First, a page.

A Shoe Revolution

Why Victoria Beckham Quit High Heels

Esther Chung

In past years, Victoria Beckham was never seen without a pair of heels on her feet. However, this March, she dropped a bombshell revelation, shocking the fashion world by announcing she would no longer be wearing her signature high heels. Beckham tells The Telegraph, “I just can’t do heels any more. At least not when I’m working.”

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We will no longer be seeing Victoria Beckham in her signature high heels. Photo Courtesy of Leserkeis

Although surprising, she is not the first celebrity to ditch heels. Influential people like Alexa Chung and Kim Kardashian have traded in their stilettos for more comfortable and healthy alternatives. So, what is the basis for this radical switch made by so many celebrities? And must all high heel wearers do the same?

Heels are one of the most popular shoe choices for women of all ages, all around the world. Often dubbed the universally flattering shoe, people everywhere love high heels for many reasons.

However, many of these people often do not know the adverse effects these shoes can have on  the body. Emma Supple, inventor of Supple Arches and podiatrist at a family chiropody and podiatry clinic in London, warns against wearing high heels too often, noting that “shortening of the heel cord complex is one of the most noticeable effects.” In other words, the heel cord, otherwise known as the Achilles tendon, shortens with frequent wearing of high heels. This shortening makes it painful to walk on flat ground or wear flat shoes. This problem causes great discomfort, but luckily, it is reversible, according to Supple. For those with a shortened Achilles tendon, stretches and physical therapy are two ways to get back on one’s feet (no pun intended). In severe cases, however, surgery is the only solution.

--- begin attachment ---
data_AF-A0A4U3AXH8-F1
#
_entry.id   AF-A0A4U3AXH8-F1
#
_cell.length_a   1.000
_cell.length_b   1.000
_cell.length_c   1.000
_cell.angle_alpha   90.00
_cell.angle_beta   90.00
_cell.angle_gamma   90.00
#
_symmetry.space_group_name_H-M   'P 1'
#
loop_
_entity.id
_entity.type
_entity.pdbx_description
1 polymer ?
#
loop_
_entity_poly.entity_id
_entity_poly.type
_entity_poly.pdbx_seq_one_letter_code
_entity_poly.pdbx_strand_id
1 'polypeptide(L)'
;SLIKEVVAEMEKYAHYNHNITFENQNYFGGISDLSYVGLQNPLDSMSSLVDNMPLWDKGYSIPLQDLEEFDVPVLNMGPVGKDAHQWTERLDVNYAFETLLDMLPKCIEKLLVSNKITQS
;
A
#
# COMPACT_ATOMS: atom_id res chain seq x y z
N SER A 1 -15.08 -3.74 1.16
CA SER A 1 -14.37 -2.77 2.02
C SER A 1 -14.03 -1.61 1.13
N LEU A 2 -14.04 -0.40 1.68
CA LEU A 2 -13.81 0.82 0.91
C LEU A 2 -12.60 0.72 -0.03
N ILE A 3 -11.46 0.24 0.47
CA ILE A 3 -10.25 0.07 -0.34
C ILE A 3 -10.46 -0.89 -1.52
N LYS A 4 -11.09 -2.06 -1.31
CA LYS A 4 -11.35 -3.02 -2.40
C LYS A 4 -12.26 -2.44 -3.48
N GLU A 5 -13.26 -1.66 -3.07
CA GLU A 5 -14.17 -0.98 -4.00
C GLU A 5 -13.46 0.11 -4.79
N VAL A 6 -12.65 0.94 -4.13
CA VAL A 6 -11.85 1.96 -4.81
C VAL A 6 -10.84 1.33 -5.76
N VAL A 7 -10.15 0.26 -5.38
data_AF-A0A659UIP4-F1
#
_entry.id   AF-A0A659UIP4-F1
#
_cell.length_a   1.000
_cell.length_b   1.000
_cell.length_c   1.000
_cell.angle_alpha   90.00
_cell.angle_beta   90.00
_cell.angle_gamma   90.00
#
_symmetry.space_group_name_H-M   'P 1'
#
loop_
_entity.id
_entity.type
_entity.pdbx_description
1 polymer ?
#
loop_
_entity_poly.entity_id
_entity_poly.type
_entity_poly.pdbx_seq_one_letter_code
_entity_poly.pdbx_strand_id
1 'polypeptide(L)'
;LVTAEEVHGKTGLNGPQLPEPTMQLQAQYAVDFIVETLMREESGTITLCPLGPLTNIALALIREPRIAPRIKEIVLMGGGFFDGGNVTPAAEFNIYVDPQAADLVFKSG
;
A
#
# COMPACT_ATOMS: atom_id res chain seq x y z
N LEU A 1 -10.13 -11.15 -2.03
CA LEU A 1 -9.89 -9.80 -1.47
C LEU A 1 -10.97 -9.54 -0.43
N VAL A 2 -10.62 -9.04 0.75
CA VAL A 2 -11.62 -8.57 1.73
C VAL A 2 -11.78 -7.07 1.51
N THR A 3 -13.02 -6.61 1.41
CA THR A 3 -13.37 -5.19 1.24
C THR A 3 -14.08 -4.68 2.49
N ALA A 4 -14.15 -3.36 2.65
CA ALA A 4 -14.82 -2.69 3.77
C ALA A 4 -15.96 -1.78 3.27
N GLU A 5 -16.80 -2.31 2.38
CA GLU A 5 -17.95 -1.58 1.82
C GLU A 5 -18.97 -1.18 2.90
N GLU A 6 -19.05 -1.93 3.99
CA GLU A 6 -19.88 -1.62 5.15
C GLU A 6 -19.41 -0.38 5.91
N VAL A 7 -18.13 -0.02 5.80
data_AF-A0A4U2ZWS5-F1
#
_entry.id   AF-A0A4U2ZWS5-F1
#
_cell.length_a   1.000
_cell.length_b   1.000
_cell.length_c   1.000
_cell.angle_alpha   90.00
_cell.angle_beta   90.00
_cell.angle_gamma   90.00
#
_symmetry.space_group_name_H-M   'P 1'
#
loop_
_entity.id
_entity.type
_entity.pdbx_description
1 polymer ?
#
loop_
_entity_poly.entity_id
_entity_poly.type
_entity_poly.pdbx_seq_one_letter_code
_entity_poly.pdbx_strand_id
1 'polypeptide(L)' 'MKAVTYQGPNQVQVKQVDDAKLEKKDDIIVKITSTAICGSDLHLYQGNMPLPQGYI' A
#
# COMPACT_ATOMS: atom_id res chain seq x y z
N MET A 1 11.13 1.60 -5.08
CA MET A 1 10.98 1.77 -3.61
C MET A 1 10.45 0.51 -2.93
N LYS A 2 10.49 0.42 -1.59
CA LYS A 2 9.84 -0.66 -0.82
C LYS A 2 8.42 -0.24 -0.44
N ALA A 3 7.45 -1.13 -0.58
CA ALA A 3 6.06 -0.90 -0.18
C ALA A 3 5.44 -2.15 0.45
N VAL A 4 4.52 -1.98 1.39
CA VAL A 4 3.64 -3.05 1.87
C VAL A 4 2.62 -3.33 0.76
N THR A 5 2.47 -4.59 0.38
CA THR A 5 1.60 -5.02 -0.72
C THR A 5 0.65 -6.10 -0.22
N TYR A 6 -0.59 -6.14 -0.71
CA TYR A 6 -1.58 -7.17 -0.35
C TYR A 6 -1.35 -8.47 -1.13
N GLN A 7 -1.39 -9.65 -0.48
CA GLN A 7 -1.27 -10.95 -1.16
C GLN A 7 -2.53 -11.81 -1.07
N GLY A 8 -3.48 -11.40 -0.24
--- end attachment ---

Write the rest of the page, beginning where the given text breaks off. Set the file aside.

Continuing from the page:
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The indicated area shows the location of the Achilles tendon. Photo Courtesy of Pexels

Although Achilles tendon shortening is the most common consequence of wearing high heels, Supple says heels can potentially cause “all the foot problems you can think of and more.” This long list includes: damaged nails, hardened skin, bunions, and changes in foot shape  and function. Worse yet, those who wear heels often end up with knee and hip problems later in their lives. While many of these complications are minor or curable, they are definitely things one is better off not dealing with. But must all people stop wearing high heels? The answer is no. Supple says she is one of many podiatrists who “work to keep people in their heels in comfort.” Although it may be best if it is not an everyday thing, wearing high heels (in moderation) is acceptable, especially when paired with shoe inserts that help take stress off of the wearer’s feet. Some examples of products that help minimize damage to the foot are arch supports, insoles, and gel patches for specific parts of the shoe.

Whether an individual wears heels often or just on special occasions, it is important to remember the risks that come with them, so future complications can be avoided. Daily high heel wear is not recommended, and it is advised that shoe inserts be used to minimize stress to the feet. Even if one chooses not to ditch high heels completely, it is always a good idea to have a pair of spare flats on hand. Ultimately, it comes down to common sense—when feet start hurting, it’s time for those heels to come off.